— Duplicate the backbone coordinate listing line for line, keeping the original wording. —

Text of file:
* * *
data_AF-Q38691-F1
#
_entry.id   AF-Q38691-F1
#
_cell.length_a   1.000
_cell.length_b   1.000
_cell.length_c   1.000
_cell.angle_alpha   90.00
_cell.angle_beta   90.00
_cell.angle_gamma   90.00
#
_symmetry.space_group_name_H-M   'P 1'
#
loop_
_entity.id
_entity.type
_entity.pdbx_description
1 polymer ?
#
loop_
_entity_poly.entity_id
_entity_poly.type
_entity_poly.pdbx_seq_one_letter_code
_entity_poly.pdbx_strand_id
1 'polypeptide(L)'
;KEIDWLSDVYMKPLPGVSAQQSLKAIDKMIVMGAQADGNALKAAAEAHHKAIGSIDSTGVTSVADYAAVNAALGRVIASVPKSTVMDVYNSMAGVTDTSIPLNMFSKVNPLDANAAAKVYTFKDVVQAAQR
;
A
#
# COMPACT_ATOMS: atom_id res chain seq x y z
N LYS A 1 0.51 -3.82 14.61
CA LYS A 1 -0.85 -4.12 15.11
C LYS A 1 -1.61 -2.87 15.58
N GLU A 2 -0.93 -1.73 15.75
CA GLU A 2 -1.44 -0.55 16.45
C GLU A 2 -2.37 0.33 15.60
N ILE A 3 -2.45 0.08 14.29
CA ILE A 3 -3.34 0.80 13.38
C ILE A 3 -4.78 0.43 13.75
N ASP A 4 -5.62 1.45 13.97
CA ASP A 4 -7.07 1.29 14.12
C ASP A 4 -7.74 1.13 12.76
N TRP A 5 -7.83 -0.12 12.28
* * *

data_AF-Q38691-F1
#
_entry.id   AF-Q38691-F1
#
_cell.length_a   1.000
_cell.length_b   1.000
_cell.length_c   1.000
_cell.angle_alpha   90.00
_cell.angle_beta   90.00
_cell.angle_gamma   90.00
#
_symmetry.space_group_name_H-M   'P 1'
#
loop_
_entity.id
_entity.type
_entity.pdbx_description
1 polymer ?
#
loop_
_entity_poly.entity_id
_entity_poly.type
_entity_poly.pdbx_seq_one_letter_code
_entity_poly.pdbx_strand_id
1 'polypeptide(L)'
;KEIDWLSDVYMKPLPGVSAQQSLKAIDKMIVMGAQADGNALKAAAEAHHKAIGSIDSTGVTSVADYAAVNAALGRVIASVPKSTVMDVYNSMAGVTDTSIPLNMFSKVNPLDANAAAKVYTFKDVVQAAQR
;
A
#
# COMPACT_ATOMS: atom_id res chain seq x y z
N LYS A 1 0.51 -3.82 14.61
CA LYS A 1 -0.85 -4.12 15.11
C LYS A 1 -1.61 -2.87 15.58
N GLU A 2 -0.93 -1.73 15.75
CA GLU A 2 -1.44 -0.55 16.45
C GLU A 2 -2.37 0.33 15.60
N ILE A 3 -2.45 0.08 14.29
CA ILE A 3 -3.34 0.80 13.38
C ILE A 3 -4.78 0.43 13.75
N ASP A 4 -5.62 1.45 13.97
CA ASP A 4 -7.07 1.29 14.12
C ASP A 4 -7.74 1.13 12.76
N TRP A 5 -7.83 -0.12 12.28